The Matrix Reloaded (2003)

R   |    |  Action, Sci-Fi


The Matrix Reloaded (2003) Poster

Following the events of The Matrix (1999), Neo and the rebel leaders estimate they have 72 hours until 250,000 probes discover Zion and destroy it and its inhabitants. Neo must decide how he can save Trinity from a dark fate in his dreams.

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7.2/10
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  • Laurence Fishburne in The Matrix Reloaded (2003)
  • Laurence Fishburne at an event for The Matrix Reloaded (2003)
  • Hugo Weaving in The Matrix Reloaded (2003)
  • Keanu Reeves at an event for The Matrix Reloaded (2003)
  • Hugo Weaving in The Matrix Reloaded (2003)
  • The Matrix Reloaded (2003)

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2 June 2003 | howard.schumann
A film about intimacy, choice, and purpose
It is six months later. Neo and the rebel leaders have 72 hours until 250,000 machine probes discover Zion and attempt to destroy it. The Matrix Reloaded, the long-awaited sequel to the 1999 blockbuster hit The Matrix, follows the lives and destinies of the freedom fighters from Zion and continues its inquiry into our reason for being. The original had us look at the nature of the reality we live in and the sequel invites us to look at how we respond once we understand that reality. Most of the same characters are back: Neo (Keanu Reeves) as the prophesied One, Morpheus (Laurence Fishburne) as the enlightened rebel leader, Trinity (Carrie-Anne Moss) as Neo's lover, and the late Gloria Foster as the Oracle, a very wise lady who tells it like it is.

As the film opens, the Zionists (sic) prepare to fend off the attack of the sentinels. Morpheus is convinced Neo can save Zion, but to do so he must fend off all enemies to find the source of the Matrix. While Neo is having nightmares about Trinity's ultimate fate, Morpheus defends his decision to remove the Nebuchadnezzar from the first line of defense and shows renewed interest in his ex-lover, Captain Niobe (Jada Pinkett Smith). In the meantime, we get our first glimpse of Zion where the main floor with its rusted iron walkways and power generators looks like the remodeled boiler room of the Titanic. After listening to an inspiring speech by Morpheus, the entire floor erupts into a sensuous dance sequence to techno music, interspersed with scenes of Neo and Trinity making love. Neo learns that he must find the Keymaker (Randall Duk Kim) who alone can provide him with entry to the mysterious source that controls the Matrix. Neo tracks him down but first has to get past a seductive Monica Belluci and a witty Frenchman named Merovingian (Lambert Wilson) who seduces his women with chocolate cake.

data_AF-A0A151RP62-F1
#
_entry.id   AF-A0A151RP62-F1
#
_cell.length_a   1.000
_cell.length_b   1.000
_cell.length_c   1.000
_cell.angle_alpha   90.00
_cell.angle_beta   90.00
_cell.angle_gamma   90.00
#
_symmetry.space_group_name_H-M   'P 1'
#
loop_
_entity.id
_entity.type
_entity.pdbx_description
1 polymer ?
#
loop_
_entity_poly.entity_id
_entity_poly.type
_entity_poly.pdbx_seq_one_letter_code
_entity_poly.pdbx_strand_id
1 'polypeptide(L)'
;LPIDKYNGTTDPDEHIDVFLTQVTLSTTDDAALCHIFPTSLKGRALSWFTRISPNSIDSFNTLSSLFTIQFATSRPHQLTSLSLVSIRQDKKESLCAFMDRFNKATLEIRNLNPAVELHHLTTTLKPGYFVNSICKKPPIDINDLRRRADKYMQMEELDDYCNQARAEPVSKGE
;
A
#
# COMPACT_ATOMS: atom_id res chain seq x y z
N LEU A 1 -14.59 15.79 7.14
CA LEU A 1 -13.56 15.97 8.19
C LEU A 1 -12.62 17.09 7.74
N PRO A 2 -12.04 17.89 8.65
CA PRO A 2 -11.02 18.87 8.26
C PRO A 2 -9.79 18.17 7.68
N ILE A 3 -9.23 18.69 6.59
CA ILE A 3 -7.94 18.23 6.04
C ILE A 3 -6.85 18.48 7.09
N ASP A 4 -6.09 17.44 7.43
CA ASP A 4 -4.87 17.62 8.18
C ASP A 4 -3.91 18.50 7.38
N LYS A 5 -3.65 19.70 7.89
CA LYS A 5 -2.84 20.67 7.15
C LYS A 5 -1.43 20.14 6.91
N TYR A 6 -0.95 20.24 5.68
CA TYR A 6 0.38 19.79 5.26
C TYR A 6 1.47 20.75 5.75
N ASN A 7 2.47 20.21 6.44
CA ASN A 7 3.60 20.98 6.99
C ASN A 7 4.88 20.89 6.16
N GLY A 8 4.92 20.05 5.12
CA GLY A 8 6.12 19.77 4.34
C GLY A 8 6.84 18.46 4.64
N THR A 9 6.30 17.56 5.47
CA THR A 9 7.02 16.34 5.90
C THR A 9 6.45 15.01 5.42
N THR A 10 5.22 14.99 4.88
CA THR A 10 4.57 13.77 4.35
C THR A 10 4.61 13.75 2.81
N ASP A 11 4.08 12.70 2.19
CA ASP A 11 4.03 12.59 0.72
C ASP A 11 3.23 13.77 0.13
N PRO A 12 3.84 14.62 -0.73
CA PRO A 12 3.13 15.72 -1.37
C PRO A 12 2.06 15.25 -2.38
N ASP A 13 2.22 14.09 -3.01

As would be expected for a film with a budget that rivals the US Treasury, the special effects are outstanding and several action sequences stand out. The first uses digital effects and the choreography of Hong Kong director Yuen Wo Ping to recreate 100 clones of Agent Smith in a fight sequence with Neo. The longest and most bizarre sequence is a 15-minute freeway chase involving hundreds of cars, a Ducati motorcycle, trailer trucks, and agents all over the place. The scene, that included a specially built stretch of highway costing $1 million, took three months to film and is estimated to have cost $38 million. Don Davis choreographs the car chases with a techno score that becomes irritating after about the second explosion.

The Wachowski's have been accused of "heavy handed moralizing", "a for Dummies primer on philosophy", and "empty-headed techno-babble" but I think very few critics are listening to what they are actually saying. The film is about intimacy, choice, purpose, and our place in the universe. It suggests that "everything starts with choice" and "the only truth is causality". Put another way, we are the "chooser", the author and the cause of our own experiences. When we choose, we are really choosing what has already been chosen. `You are not here to make a choice,' the Oracle tells Neo `You have already made it. You're here to find out why'. What this means to me is that we are all here for a purpose of our own choosing and our job is to discover the appropriate means to realize that purpose. Believe me, you do not learn this in Philosophy 101.

Like the original, many elements of The Matrix Reloaded are fun and appeal to a younger audience but I found the sequel to be somewhat disappointing. The original left major aspects of the puzzle to our imagination and did not overload us with special effects. The sequel is more complex but lacks the sense of wonder of the first film. We know enough not to take the car chases and fight sequences too seriously, but without the element of danger, the highly choreographed set pieces become pointless and irritating. At the end of the first film, Neo told his adversaries on the phone, "I'm going to hang up this phone, and then show these people what you don't want them to see. I'm going to show them a world without you. A world without rules or controls, borders or boundaries. A world where anything is possible.' I'm still waiting for that world that no longer requires guns, weapons, punches, or kicks and where everyone gets that they are "The One". Now that is a rogue program that would be worth downloading.

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